Is eye laser surgery right for you?

July 10, 2015

Many people have undergone laser surgery to correct their vision and have achieved complete freedom from glasses and contact lenses. Originally used mainly for near sight, it can now correct mild far sight and even astigmatism.

Is eye laser surgery right for you?

Procedure process

  • The procedure takes less than an hour and can be done without a hospital stay, usually in specialized clinics using anaesthetic eye drops.
  • Patients are often back at work within a few days, though you may not be able to drive for a couple of weeks and may need to wear sunglasses for several months as the eyes are more sensitive to light after laser surgery.
  • Both eyes can be corrected in one operation but surgeons usually operate on one eye at a time, waiting a few days or weeks before correcting the other to see how the first eye has responded.
  • Insurance rarely covers the cost of laser surgery — usually because it is considered cosmetic, so be sure to shop around carefully.

Who can benefit?

  • Laser surgery is performed only on adults (generally people over 21, to be sure that the eye has developed fully), and on healthy eyes with a stable prescription for visual correction for at least three years.
  • Interestingly, in some occupations laser surgery may be an obstacle to employment.
  • It may cause problems for divers, for example, and in some countries, police forces have in the past excluded people who had the surgery.

Types of laser surgery available

The three main types of laser surgery all work by reshaping the cornea. Your surgeon will advise on which is the most suitable for your eyes.

1) PRK (Photorefractive keratectomy): This is the original operation and is rarely used nowadays. It is more painful than the other options and healing times are longer. It involves scraping away the top layer of the surface of the cornea, then changing its shape with a laser.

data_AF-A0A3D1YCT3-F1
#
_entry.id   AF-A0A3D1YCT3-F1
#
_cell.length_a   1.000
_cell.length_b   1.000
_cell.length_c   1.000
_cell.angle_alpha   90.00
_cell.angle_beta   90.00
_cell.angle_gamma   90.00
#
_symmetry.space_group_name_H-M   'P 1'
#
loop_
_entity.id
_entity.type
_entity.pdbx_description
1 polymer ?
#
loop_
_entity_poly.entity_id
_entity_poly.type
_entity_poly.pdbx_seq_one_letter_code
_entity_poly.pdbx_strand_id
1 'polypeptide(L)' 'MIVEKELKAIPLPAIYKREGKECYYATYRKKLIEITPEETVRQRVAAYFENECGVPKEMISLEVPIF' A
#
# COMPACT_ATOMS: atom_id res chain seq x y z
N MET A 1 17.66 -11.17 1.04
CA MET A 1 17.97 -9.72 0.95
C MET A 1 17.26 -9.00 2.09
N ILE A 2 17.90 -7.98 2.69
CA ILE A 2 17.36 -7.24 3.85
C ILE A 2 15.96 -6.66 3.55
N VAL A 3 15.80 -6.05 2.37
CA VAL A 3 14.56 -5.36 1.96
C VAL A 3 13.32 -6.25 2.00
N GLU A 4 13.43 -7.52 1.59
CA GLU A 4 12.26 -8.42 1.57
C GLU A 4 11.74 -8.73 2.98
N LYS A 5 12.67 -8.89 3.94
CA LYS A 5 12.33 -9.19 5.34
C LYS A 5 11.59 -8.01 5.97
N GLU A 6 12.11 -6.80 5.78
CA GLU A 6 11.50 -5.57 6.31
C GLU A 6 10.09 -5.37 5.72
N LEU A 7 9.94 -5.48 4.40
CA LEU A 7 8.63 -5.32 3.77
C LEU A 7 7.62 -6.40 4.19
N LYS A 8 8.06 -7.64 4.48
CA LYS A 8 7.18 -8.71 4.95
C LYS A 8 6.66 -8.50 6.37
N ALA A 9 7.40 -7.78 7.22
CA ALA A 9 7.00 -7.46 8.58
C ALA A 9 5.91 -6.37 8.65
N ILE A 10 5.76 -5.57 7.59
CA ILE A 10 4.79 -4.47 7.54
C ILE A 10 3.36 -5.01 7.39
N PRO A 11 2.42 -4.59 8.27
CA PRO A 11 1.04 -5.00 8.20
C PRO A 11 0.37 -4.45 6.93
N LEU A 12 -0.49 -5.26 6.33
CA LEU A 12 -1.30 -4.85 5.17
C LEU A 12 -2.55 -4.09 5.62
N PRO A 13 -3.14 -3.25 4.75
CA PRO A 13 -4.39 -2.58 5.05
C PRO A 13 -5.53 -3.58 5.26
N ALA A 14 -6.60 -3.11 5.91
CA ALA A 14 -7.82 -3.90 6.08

2) LASEK (Laser epithelial keratomileusis): Although this procedure is becoming more popular, it takes longer for eyes to heal and may be more painful than the more commonly-performed LASIK procedure.

3) LASIK (Laser Assisted In Situ Keratomileusis): This is the most common procedure. A small flap is cut in the cornea, then lifted. Laser energy is applied to the eye to reshape the cornea, then the flap is replaced.

It is virtually painless and has the shortest healing time, though you may experience some discomfort, burning, watering, itching and grittiness afterward. Recovery of vision occurs within a few days, although it may fluctuate for a while and take a few weeks to stabilize. This method is not considered suitable if your cornea is very thin.

Risks and warnings

  • Although laser surgery is usually safe, it makes sense to ensure that it is carried out by a properly trained surgeon in a well-equipped clinic.
  • Many in the medical community recommend that the surgeon be a fully trained opthalmologist with specialist training in laser use.
  • In North America, Health Canada and the Food and Drug Administration regulate the sale of medical devices used for LASIK surgeries.
  • This ensures the safety, effectiveness and quality of the medical devices used.
  • The skill of those using the medical devices, however, is not guaranteed. As such, those considering laser eye surgery are urged to do their homework.
  • People are encouraged to research the clinic of their choice and be wary of clinics offering "too good to be true" advertisements.
  • Make sure to be cautious of the clinic you choose and be aware of the possible risks associated with any surgery.
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